In a surprise announcement Monday, Nov. 26, Defense Minister Ehud Barak said he was quitting political life after 47 years and would not stand in the January 22, 2013 general election. He would however stay on in defense until the incumbent government ends its term in three months. debkafile: This means that a sudden Middle East war eruption in the next three months forcing the postponement of voting would find him still holding down defense in the Netanyahu government.
But his words decisively debunked wide media speculation that he was planning to merge his small Independence Party with one of the left-of center opposition groups preparing to run against Binyamin Netanyahu’s Likud.
Our military and Washington sources believe Barak’s action ties in closely with President Barack Obama’s decision to embark on direct US-Iranian nuclear talks in the next few days and the steps Israel and the US pursued for bringing Iran to the table in a suitably amenable frame of mind.
One of those steps was the just ended Israeli Gaza operation which aimed at signaling Iran before those talks opened that even combined Iranian-Hizballah missile might would not determine the outcome of a military confrontation. Above all, Tehran was given to understand that dragging out nuclear diplomacy inconclusively as heretofore would now work to its detriment: its allies would start dropping off and be weakened like the Palestinian Hamas in the Gaza Strip and most likely Jihad Islami in its wake.
The precursor to Israel’s eight-day Gaza operation which ended in a ceasefire on Nov. 21 was the Oct. 24 raid on the Yarmouk industrial complex near Khartoum and the destruction of its Iranian long-range missile manufacturing plant and a shipment of rockets destined for the Gaza Strip
The two operations were a foretaste for Tehran that if the US and Israel joined forces for a military strike, they would not only cripple its nuclear program but also the military and intelligence networks Iran has planted under cover across the Middle East – from Lebanon up to East Africa.
As seen from Washington and Jerusalem, Iran’s rulers are now confronted with a hard choice between serious negotiations that end in its giving up the option for building a nuclear bomb or facing all-out military confrontation across the region with the Americans and its Western allies, including Israel.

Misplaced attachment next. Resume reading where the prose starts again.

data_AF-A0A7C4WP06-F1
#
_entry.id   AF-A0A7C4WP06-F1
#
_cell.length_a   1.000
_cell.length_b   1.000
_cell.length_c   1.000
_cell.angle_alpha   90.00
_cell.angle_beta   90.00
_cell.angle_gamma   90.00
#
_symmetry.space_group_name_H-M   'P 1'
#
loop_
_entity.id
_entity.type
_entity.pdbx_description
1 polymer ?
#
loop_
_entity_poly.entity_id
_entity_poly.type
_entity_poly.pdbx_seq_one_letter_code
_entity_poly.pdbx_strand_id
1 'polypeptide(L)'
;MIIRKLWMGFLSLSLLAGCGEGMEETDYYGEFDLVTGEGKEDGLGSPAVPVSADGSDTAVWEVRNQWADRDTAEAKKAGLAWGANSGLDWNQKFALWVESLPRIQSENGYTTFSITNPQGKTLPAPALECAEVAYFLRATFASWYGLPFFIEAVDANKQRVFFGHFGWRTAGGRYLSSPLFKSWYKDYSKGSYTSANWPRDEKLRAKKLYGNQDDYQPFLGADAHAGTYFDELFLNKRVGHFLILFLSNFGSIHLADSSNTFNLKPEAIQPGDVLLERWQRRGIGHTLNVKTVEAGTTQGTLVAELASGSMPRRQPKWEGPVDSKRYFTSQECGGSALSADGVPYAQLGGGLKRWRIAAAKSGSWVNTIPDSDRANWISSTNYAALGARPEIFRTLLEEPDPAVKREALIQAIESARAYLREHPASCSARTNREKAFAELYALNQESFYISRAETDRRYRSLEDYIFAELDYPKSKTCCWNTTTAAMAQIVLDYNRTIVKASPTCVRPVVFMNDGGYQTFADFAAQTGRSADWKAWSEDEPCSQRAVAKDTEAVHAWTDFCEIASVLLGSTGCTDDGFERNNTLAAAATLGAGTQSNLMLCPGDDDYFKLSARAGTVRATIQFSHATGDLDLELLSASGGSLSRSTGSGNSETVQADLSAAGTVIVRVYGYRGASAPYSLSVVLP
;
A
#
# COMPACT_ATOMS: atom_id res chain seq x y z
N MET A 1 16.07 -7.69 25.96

Ehud Barak’s decision to retire from politics frees him from the taxing burdens of running election in January at the head of a small party in order to spend all his time leading the US-Israeli contest against Iran.
In answer to a reporter's question about the Iranian issue, the defense minister said: “This is the most important and central issue on the agenda and it will occupy me until I retire in three months.”
He is taking a chance: If the combined strategy for bringing Iran to heel fails to reach its target or falls down, he will have to make good on his pledge to retire from politics. But if it goes forward according to plan, he will be in a position for a triumphant comeback.
After a brief lackluster stint as Labor prime minister in 2000-2001, Ehud Barak served as defense minister in three governments spanning seven and-a-half years. He shepherded the Israeli armed forces’ recovery from the 2006 Lebanon War, helped cement and expand security ties with the United States and upgraded Israel’s munitions, notably promoting the development of the Iron Dome which distinguished itself in the recent operation which was triggered by Hamas’s missile blitz against the Israeli population. He praised the Chief of Staff Benny Gantz for inculcating in the soldiers a spirit of quiet confidence without arrogance.
Barak offered the explanation frequently heard from retiring politicians of wanting to spend time with his family and make way for fresh talent – which often comes before a comeback.